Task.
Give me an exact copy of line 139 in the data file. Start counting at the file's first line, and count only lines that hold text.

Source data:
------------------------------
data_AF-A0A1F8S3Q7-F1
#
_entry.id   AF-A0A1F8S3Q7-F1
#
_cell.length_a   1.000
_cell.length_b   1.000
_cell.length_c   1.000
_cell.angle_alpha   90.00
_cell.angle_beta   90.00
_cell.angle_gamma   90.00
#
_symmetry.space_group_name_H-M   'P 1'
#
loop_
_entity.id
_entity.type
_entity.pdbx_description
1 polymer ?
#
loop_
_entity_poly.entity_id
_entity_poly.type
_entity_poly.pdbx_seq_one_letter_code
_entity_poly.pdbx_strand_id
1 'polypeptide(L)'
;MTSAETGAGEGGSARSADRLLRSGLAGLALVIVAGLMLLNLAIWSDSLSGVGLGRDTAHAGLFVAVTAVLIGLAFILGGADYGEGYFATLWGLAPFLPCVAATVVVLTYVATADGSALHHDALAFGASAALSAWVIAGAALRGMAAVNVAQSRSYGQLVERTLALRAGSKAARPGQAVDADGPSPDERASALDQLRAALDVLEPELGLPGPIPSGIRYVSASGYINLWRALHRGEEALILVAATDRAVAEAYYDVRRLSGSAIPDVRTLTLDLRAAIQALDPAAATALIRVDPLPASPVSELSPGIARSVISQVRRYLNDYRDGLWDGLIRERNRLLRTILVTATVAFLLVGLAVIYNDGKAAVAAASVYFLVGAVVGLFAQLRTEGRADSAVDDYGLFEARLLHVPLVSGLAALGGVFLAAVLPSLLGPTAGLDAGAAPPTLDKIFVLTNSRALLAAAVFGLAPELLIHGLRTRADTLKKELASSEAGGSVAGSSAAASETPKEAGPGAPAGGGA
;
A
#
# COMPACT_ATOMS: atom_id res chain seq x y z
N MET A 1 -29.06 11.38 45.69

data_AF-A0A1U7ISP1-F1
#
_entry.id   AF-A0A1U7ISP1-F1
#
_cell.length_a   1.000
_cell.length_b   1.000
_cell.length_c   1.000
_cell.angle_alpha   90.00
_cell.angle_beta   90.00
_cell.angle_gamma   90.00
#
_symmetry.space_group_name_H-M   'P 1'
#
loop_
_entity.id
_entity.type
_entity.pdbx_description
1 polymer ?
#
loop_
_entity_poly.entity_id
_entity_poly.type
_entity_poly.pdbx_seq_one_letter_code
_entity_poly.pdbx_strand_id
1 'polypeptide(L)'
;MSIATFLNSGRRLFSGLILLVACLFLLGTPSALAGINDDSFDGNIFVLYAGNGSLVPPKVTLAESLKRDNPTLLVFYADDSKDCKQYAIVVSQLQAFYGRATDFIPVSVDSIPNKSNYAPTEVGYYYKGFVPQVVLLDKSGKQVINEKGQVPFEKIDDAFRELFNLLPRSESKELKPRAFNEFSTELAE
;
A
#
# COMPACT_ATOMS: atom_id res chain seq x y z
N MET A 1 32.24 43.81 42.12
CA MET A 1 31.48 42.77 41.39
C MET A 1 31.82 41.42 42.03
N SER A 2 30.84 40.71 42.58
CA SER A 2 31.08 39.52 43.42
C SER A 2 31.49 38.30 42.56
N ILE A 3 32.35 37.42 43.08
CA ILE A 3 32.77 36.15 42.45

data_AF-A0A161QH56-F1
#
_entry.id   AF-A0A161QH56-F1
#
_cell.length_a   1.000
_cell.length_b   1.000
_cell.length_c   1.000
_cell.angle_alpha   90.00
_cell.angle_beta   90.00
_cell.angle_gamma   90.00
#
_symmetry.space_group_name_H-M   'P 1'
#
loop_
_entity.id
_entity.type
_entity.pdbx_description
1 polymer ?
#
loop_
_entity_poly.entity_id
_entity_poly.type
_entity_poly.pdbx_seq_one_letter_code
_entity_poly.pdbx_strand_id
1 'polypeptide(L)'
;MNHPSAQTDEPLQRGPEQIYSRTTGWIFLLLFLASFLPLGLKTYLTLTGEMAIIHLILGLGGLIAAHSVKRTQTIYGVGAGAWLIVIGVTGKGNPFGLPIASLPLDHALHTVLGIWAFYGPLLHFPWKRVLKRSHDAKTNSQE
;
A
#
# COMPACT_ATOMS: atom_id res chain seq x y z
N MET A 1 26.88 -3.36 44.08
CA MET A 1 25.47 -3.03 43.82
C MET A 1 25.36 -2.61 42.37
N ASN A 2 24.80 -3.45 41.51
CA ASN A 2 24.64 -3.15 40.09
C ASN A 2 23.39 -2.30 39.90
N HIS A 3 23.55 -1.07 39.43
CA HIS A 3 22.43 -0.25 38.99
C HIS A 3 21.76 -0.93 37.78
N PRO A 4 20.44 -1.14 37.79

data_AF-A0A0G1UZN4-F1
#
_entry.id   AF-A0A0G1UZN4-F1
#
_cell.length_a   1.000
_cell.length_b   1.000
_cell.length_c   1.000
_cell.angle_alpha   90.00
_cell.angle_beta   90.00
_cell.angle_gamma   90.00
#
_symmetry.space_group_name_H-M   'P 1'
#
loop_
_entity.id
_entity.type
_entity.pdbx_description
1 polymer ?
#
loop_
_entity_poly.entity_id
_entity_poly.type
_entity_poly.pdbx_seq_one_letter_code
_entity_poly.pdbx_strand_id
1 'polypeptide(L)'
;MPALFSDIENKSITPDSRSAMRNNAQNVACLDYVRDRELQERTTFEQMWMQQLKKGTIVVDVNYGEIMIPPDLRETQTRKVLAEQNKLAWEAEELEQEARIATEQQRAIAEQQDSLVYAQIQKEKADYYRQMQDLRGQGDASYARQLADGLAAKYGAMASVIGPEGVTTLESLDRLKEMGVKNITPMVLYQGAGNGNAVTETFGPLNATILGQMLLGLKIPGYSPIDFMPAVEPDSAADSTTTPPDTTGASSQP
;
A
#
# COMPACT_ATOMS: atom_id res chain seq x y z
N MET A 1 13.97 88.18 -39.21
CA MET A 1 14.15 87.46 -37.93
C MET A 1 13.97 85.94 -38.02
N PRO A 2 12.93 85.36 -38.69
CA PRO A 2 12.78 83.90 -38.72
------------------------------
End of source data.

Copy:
# COMPACT_ATOMS: atom_id res chain seq x y z